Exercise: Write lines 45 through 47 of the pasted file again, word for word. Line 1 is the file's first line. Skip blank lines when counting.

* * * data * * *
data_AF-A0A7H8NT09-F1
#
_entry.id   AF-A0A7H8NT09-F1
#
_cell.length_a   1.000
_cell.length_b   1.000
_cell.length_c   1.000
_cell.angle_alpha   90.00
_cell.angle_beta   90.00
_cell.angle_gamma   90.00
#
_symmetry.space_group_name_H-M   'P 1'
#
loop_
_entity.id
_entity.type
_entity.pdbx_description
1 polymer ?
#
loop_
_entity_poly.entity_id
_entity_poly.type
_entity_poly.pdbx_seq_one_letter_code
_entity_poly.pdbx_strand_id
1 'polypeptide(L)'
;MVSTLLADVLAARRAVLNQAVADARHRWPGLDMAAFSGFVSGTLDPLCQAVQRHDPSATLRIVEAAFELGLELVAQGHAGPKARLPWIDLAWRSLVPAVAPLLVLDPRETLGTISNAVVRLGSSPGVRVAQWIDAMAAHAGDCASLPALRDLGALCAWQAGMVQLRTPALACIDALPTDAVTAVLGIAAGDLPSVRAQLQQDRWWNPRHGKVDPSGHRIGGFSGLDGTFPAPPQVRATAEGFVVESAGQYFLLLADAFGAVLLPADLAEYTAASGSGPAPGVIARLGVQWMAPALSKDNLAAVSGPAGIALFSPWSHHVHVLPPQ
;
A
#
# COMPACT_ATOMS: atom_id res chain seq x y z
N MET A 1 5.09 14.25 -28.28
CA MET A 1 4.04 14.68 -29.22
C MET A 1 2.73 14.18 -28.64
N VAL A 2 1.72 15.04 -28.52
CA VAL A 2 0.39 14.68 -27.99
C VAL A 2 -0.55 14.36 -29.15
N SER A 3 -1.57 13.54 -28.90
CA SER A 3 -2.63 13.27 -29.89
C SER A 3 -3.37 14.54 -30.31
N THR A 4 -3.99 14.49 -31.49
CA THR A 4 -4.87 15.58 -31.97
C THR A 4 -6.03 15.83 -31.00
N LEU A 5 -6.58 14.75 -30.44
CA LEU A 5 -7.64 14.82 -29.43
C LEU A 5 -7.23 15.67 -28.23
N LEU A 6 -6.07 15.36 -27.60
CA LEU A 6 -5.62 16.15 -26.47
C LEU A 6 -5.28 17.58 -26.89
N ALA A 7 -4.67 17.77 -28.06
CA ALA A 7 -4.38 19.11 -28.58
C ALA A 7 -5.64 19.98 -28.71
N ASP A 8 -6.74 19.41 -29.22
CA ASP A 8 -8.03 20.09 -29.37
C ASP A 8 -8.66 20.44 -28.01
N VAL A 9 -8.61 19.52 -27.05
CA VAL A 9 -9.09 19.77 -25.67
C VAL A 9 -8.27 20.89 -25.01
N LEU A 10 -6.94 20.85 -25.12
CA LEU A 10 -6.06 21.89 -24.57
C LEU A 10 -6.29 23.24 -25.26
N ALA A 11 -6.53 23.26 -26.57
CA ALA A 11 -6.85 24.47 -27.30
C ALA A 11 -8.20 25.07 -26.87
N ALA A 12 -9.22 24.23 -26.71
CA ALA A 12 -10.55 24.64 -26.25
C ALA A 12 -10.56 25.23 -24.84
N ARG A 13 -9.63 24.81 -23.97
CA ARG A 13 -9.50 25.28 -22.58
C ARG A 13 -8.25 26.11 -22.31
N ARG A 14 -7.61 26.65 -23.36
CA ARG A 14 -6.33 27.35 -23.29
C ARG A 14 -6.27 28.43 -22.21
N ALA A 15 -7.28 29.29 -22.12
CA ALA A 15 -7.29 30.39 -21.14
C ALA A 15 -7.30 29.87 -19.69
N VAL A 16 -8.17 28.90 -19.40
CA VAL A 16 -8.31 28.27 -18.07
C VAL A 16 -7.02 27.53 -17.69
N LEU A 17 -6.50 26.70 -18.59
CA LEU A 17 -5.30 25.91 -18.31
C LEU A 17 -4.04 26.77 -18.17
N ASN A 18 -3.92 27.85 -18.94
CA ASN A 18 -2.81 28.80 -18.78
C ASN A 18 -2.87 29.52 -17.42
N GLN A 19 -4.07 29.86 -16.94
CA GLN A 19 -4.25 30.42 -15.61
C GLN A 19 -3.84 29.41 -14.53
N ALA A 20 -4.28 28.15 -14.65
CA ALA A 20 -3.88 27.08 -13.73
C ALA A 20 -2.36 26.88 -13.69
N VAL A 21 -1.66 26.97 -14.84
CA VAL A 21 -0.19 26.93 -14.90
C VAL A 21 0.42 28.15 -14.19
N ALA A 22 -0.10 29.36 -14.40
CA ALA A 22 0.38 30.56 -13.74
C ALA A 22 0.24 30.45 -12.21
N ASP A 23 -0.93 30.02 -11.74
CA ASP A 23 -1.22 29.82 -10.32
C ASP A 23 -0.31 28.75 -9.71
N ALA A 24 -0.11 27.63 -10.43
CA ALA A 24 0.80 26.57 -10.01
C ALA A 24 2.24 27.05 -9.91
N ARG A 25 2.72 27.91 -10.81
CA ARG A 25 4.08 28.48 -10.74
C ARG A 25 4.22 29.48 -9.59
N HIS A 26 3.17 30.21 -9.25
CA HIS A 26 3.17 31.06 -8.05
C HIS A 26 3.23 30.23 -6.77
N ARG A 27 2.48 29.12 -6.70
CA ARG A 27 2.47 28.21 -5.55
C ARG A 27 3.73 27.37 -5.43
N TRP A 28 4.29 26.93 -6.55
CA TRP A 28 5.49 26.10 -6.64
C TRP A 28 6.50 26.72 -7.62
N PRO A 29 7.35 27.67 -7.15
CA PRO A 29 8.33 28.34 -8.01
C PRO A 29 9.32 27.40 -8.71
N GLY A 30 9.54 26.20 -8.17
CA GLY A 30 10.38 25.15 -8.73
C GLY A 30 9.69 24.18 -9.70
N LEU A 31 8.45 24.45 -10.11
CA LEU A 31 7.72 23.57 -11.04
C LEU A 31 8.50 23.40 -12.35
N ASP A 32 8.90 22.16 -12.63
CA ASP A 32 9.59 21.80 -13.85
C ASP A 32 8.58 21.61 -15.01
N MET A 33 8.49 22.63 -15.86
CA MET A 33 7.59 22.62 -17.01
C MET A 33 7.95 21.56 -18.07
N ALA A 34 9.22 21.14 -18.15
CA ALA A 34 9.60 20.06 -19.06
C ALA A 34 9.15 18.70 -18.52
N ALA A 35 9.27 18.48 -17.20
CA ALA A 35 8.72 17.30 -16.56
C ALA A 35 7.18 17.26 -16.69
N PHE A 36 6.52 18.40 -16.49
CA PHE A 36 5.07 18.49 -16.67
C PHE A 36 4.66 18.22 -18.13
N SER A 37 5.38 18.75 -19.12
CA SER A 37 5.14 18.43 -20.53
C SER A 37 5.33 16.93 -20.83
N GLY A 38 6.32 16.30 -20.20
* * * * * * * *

C LEU A 5 -7.23 15.67 -28.23
N LEU A 6 -6.07 15.36 -27.60
CA LEU A 6 -5.62 16.15 -26.47